Background: This study was conducted to determine if laparoscopic colon surgery has changed the incidence of wound complications after colon resection. Methods: Eighty-three patients were randomized to undergo either laparoscopic (LCR) or open colon resection (OCR) for cancer at our institution as part of a multicenter trial. Data were tabulated from review of the prospective database and physician records. Results: Thirty-seven patients were randomized to LCR and 46 to OCR. Seven patients in the LCR group were converted to OCR. LCR was performed using a limited midline incision for anastomosis and specimen extraction. Incision length was significantly greater (p < 0.001) in the OCR group (19.4 ± 5.6 cm) compared to the LCR extraction site (6.3 ± 1.4 cm). Wound infections occurred in 13.5% of patients after LCR (2.7% trocar, 10.8% extraction sites) and in 10.9% of patients after OCR. Over a mean follow-up period of 30.1 ± 17.8 months, incisional hernias developed in 24.3% of patients after LCR and 17.4% after OCR. In the LCR group, extraction sites accounted for 85.7% of all wound complications. Conclusions: The extraction site for LCR is associated with a high incidence of complications, comparable to open colectomy. Strategies to alter operative technique should be considered to reduce the incidence of these complications.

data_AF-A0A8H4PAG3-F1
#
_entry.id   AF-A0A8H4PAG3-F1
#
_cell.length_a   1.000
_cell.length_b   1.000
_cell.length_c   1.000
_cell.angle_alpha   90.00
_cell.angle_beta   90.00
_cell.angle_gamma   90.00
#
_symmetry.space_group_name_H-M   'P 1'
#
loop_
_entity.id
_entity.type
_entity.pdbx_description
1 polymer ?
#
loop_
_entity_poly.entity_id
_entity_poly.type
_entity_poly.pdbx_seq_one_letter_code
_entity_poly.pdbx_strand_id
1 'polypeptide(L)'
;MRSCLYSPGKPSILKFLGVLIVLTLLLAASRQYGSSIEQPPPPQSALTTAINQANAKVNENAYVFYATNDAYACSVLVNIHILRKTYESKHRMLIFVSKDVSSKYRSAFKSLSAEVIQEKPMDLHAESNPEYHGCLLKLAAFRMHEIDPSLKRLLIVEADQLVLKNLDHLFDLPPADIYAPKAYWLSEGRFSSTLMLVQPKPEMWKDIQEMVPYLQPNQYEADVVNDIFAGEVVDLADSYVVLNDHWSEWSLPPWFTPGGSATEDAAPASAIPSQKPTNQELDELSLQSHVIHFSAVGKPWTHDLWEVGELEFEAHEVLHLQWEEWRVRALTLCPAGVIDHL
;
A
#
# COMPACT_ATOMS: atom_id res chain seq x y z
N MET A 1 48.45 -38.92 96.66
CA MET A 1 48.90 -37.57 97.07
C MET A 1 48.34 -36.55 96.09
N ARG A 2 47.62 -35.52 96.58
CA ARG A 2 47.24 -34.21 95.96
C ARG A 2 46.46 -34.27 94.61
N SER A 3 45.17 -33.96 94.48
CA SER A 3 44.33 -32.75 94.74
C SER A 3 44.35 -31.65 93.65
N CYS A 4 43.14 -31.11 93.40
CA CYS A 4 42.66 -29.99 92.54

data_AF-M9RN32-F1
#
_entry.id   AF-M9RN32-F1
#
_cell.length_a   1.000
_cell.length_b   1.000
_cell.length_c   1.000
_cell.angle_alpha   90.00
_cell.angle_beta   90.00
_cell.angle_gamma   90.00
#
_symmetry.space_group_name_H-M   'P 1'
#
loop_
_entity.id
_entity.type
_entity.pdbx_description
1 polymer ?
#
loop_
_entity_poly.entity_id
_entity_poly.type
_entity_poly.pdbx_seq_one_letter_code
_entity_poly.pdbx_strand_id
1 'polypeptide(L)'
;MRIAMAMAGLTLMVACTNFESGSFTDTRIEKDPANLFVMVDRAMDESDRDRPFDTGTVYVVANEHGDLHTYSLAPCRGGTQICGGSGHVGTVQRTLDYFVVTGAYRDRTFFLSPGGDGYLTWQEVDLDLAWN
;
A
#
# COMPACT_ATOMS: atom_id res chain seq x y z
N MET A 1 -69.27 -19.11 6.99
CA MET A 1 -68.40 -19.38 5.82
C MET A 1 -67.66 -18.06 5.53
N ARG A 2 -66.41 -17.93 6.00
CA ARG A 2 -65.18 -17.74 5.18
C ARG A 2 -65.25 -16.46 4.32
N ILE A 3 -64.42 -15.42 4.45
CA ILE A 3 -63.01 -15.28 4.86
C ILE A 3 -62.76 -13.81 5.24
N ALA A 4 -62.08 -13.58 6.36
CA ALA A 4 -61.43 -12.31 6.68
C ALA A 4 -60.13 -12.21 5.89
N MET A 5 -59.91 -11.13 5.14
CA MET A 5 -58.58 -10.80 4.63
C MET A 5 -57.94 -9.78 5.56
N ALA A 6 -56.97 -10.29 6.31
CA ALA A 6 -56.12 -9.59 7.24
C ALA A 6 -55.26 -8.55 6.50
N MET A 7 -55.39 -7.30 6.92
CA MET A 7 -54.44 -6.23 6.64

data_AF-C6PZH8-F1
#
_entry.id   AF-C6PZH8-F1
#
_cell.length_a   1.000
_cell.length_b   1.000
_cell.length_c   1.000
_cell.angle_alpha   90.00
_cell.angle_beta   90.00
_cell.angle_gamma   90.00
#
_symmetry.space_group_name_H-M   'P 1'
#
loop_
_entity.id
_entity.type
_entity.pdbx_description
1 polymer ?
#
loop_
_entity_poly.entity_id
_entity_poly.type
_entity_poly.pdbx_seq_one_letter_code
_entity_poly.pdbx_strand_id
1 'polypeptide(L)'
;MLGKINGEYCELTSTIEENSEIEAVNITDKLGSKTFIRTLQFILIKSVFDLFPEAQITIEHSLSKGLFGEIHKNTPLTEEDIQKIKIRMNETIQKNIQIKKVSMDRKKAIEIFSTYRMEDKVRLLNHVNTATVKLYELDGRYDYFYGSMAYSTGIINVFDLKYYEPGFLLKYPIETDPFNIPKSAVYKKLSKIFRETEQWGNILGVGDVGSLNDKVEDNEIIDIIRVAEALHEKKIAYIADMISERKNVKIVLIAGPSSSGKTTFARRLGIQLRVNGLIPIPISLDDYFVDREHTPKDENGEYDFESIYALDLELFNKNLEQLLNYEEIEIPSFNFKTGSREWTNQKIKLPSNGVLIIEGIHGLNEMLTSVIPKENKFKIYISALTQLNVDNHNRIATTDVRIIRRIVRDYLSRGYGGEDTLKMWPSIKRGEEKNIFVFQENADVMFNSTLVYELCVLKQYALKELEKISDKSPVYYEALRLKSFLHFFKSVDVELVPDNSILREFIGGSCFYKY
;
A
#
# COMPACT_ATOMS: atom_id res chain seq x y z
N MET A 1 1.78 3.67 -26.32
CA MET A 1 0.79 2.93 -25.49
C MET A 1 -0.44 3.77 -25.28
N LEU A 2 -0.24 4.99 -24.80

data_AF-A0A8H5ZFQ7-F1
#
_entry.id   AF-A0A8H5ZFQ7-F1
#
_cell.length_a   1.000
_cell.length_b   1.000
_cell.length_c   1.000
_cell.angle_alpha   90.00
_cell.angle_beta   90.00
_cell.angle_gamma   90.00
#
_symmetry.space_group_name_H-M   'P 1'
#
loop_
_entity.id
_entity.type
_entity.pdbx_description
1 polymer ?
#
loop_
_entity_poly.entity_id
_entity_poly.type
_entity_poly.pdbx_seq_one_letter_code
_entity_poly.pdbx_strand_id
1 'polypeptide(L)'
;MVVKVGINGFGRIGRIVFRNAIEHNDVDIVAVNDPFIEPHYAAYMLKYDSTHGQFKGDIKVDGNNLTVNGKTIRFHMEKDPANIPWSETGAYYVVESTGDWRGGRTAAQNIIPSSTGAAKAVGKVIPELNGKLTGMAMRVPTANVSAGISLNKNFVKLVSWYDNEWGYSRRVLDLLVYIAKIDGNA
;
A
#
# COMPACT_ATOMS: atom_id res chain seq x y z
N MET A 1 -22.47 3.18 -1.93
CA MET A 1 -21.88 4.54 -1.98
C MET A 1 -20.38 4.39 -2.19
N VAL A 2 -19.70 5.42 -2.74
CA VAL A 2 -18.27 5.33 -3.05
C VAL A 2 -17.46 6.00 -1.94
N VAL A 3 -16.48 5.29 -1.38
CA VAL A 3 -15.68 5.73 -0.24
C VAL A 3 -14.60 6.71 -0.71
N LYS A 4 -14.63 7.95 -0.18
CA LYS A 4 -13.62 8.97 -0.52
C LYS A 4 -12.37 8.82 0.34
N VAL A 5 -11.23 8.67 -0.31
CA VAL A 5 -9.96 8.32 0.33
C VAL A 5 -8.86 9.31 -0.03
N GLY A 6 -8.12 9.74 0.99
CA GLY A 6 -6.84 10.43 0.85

|Number of pages||6|
|Journal||Surgical Endoscopy and Other Interventional Techniques|
|State||Published - Oct 1 2002|
- Colon cancer
- Incisional hernia
- Laparoscopic colectomy
- Wound infection